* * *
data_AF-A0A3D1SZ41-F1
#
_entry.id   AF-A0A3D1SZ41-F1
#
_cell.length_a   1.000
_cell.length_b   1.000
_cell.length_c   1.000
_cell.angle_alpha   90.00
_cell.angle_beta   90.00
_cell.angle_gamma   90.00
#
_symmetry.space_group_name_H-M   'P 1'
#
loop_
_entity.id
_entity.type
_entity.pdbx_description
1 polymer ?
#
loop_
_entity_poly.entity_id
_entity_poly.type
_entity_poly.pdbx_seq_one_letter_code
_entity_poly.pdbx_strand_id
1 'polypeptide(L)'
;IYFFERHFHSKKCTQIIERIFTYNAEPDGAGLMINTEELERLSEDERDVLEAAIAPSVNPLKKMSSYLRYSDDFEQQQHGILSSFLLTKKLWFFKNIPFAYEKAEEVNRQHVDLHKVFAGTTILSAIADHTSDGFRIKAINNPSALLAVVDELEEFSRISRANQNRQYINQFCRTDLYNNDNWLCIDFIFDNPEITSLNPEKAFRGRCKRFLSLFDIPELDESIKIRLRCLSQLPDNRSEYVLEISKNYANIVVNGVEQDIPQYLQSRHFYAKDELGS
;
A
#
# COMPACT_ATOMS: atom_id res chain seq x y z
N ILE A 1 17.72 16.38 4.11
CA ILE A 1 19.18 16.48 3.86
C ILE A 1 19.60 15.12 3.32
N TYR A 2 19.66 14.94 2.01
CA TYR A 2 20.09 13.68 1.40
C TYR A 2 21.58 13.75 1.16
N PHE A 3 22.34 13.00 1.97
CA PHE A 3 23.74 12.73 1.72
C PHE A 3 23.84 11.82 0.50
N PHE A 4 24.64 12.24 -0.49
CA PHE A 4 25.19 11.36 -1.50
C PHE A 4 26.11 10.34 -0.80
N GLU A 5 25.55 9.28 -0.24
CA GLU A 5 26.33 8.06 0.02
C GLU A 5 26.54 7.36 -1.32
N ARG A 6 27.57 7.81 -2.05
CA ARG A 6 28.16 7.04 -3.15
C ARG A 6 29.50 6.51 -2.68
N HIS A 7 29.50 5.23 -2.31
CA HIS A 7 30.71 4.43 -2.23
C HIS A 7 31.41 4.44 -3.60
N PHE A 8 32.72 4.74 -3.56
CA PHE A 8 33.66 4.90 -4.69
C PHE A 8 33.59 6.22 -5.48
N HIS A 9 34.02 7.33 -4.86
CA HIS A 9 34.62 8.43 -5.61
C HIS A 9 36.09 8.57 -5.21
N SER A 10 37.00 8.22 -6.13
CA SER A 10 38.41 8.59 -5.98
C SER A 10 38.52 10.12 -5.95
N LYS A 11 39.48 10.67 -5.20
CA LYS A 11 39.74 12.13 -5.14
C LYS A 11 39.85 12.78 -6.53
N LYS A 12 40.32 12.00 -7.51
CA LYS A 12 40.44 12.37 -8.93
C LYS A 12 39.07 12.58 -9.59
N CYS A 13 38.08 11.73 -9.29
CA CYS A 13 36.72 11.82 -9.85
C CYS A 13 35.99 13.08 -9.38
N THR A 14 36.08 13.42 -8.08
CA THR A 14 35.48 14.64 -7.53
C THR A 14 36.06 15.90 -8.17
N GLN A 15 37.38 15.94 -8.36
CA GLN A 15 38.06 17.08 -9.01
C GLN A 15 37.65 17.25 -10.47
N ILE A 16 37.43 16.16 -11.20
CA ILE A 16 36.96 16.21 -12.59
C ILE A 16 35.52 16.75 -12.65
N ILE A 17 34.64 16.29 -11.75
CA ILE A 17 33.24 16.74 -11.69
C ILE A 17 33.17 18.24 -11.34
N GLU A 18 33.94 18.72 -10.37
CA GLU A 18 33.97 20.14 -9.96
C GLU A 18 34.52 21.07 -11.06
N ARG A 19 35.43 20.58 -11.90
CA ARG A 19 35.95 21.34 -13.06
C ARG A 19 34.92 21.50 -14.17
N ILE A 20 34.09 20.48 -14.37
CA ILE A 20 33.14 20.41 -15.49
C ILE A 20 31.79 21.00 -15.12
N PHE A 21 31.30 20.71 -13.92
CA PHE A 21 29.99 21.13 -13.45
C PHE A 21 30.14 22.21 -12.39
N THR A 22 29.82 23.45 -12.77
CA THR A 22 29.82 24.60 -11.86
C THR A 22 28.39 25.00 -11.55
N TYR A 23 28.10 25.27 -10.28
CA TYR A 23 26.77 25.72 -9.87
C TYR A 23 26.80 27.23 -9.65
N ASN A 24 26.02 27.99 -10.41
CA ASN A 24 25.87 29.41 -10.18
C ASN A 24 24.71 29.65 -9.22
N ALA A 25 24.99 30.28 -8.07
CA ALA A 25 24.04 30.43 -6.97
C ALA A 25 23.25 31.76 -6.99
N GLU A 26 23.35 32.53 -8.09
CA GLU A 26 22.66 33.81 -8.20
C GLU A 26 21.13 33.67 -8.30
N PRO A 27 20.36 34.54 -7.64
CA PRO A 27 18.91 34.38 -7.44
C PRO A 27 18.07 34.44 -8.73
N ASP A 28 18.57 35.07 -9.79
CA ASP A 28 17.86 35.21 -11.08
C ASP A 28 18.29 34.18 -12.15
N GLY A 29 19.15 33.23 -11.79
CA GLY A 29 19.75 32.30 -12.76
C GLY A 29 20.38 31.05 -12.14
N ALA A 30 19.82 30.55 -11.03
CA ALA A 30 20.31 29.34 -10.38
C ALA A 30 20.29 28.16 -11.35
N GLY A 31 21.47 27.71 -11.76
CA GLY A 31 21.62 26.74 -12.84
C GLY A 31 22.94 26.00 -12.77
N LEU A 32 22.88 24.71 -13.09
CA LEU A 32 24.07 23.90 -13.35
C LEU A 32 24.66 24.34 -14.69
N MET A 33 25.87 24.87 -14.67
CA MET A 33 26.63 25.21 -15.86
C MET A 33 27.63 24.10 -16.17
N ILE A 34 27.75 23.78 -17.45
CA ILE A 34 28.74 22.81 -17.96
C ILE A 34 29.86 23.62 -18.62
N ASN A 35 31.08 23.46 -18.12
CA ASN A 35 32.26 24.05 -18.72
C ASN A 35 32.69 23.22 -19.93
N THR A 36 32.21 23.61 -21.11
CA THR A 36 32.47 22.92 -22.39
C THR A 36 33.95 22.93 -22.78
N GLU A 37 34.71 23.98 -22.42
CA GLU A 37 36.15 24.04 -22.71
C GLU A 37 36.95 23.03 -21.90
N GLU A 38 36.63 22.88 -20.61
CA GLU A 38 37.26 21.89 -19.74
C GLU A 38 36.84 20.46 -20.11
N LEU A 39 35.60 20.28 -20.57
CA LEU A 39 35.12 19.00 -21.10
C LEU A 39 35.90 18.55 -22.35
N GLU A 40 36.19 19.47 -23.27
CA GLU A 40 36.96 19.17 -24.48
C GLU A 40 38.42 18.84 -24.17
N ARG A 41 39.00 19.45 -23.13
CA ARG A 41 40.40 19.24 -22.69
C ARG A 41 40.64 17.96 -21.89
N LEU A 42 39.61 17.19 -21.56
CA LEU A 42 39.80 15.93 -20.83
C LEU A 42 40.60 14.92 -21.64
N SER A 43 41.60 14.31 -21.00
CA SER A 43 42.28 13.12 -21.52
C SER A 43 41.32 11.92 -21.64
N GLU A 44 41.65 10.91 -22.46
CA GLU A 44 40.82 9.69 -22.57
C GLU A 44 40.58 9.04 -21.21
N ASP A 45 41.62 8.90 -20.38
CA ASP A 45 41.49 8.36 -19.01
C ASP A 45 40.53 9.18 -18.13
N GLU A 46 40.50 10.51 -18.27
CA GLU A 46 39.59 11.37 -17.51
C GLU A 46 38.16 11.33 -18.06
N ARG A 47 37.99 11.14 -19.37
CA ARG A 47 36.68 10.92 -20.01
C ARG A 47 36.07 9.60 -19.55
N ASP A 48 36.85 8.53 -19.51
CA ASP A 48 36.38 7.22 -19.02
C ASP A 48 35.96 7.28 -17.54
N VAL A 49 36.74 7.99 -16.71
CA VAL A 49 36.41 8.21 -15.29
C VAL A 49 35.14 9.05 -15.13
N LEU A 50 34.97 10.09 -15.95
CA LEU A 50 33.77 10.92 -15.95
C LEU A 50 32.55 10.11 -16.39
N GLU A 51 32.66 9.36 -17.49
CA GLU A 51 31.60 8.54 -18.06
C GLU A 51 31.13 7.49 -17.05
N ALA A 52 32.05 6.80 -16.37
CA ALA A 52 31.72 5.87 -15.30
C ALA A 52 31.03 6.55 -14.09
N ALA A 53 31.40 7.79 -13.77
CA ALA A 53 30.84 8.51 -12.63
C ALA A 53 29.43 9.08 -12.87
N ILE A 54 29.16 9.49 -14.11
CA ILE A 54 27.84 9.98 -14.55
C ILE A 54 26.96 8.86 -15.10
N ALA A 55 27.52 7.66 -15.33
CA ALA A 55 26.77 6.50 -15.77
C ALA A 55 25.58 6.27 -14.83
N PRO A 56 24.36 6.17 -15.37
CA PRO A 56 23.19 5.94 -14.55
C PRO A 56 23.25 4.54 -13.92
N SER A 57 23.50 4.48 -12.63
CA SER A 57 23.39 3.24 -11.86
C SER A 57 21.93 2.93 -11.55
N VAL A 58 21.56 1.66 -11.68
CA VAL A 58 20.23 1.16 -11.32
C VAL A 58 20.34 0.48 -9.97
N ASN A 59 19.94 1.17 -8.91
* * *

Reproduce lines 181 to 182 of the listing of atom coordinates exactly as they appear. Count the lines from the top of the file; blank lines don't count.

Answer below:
N GLU A 51 32.66 9.36 -17.49
CA GLU A 51 31.60 8.54 -18.06